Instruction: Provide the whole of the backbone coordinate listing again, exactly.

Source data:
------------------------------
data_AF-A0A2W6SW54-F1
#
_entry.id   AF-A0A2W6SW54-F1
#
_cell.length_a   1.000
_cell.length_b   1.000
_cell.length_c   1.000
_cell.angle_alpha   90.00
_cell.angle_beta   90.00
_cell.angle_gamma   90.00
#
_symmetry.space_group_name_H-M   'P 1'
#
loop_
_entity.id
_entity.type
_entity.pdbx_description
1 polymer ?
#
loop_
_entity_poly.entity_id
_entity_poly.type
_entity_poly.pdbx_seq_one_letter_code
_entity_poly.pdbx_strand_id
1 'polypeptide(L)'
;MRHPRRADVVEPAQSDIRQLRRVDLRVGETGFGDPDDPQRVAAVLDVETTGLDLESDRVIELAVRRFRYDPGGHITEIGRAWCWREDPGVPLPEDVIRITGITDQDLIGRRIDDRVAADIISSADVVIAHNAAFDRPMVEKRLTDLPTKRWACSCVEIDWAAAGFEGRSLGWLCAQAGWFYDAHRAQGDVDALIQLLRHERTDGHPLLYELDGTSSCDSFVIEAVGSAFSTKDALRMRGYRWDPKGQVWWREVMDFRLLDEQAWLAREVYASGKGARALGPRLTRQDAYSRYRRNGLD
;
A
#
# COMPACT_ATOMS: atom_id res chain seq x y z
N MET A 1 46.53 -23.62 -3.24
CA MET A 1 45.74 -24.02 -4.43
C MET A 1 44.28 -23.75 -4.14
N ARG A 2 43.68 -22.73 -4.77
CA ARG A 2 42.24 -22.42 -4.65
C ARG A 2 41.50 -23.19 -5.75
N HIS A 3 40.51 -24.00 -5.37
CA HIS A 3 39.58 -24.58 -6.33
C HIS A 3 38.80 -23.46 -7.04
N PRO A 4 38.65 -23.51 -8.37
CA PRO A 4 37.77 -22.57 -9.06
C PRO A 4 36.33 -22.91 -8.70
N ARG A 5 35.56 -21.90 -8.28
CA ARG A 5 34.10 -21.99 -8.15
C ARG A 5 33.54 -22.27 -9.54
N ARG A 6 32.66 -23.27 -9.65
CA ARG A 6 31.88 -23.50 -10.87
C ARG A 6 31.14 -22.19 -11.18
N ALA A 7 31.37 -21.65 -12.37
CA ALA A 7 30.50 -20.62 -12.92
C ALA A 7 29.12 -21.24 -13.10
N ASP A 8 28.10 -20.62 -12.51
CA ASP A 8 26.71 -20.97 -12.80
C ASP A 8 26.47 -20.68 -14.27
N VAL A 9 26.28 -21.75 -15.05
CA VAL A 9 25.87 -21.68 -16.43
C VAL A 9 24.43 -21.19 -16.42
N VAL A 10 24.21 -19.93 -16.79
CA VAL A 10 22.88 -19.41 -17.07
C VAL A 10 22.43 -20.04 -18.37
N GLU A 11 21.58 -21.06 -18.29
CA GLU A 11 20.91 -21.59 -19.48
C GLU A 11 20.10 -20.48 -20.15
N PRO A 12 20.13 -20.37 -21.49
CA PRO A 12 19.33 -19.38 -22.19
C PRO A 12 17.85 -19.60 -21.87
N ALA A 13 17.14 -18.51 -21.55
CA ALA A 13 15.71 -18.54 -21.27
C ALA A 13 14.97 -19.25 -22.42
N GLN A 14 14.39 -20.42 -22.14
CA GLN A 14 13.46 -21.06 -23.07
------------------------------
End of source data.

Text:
data_AF-A0A2W6SW54-F1
#
_entry.id   AF-A0A2W6SW54-F1
#
_cell.length_a   1.000
_cell.length_b   1.000
_cell.length_c   1.000
_cell.angle_alpha   90.00
_cell.angle_beta   90.00
_cell.angle_gamma   90.00
#
_symmetry.space_group_name_H-M   'P 1'
#
loop_
_entity.id
_entity.type
_entity.pdbx_description
1 polymer ?
#
loop_
_entity_poly.entity_id
_entity_poly.type
_entity_poly.pdbx_seq_one_letter_code
_entity_poly.pdbx_strand_id
1 'polypeptide(L)'
;MRHPRRADVVEPAQSDIRQLRRVDLRVGETGFGDPDDPQRVAAVLDVETTGLDLESDRVIELAVRRFRYDPGGHITEIGRAWCWREDPGVPLPEDVIRITGITDQDLIGRRIDDRVAADIISSADVVIAHNAAFDRPMVEKRLTDLPTKRWACSCVEIDWAAAGFEGRSLGWLCAQAGWFYDAHRAQGDVDALIQLLRHERTDGHPLLYELDGTSSCDSFVIEAVGSAFSTKDALRMRGYRWDPKGQVWWREVMDFRLLDEQAWLAREVYASGKGARALGPRLTRQDAYSRYRRNGLD
;
A
#
# COMPACT_ATOMS: atom_id res chain seq x y z
N MET A 1 46.53 -23.62 -3.24
CA MET A 1 45.74 -24.02 -4.43
C MET A 1 44.28 -23.75 -4.14
N ARG A 2 43.68 -22.73 -4.77
CA ARG A 2 42.24 -22.42 -4.65
C ARG A 2 41.50 -23.19 -5.75
N HIS A 3 40.51 -24.00 -5.37
CA HIS A 3 39.58 -24.58 -6.33
C HIS A 3 38.80 -23.46 -7.04
N PRO A 4 38.65 -23.51 -8.37
CA PRO A 4 37.77 -22.57 -9.06
C PRO A 4 36.33 -22.91 -8.70
N ARG A 5 35.56 -21.90 -8.28
CA ARG A 5 34.10 -21.99 -8.15
C ARG A 5 33.54 -22.27 -9.54
N ARG A 6 32.66 -23.27 -9.65
CA ARG A 6 31.88 -23.50 -10.87
C ARG A 6 31.14 -22.19 -11.18
N ALA A 7 31.37 -21.65 -12.37
CA ALA A 7 30.50 -20.62 -12.92
C ALA A 7 29.12 -21.24 -13.10
N ASP A 8 28.10 -20.62 -12.51
CA ASP A 8 26.71 -20.97 -12.80
C ASP A 8 26.47 -20.68 -14.27
N VAL A 9 26.28 -21.75 -15.05
CA VAL A 9 25.87 -21.68 -16.43
C VAL A 9 24.43 -21.19 -16.42
N VAL A 10 24.21 -19.93 -16.79
CA VAL A 10 22.88 -19.41 -17.07
C VAL A 10 22.43 -20.04 -18.37
N GLU A 11 21.58 -21.06 -18.29
CA GLU A 11 20.91 -21.59 -19.48
C GLU A 11 20.10 -20.48 -20.15
N PRO A 12 20.13 -20.37 -21.49
CA PRO A 12 19.33 -19.38 -22.19
C PRO A 12 17.85 -19.60 -21.87
N ALA A 13 17.14 -18.51 -21.55
CA ALA A 13 15.71 -18.54 -21.27
C ALA A 13 14.97 -19.25 -22.42
N GLN A 14 14.39 -20.42 -22.14
CA GLN A 14 13.46 -21.06 -23.07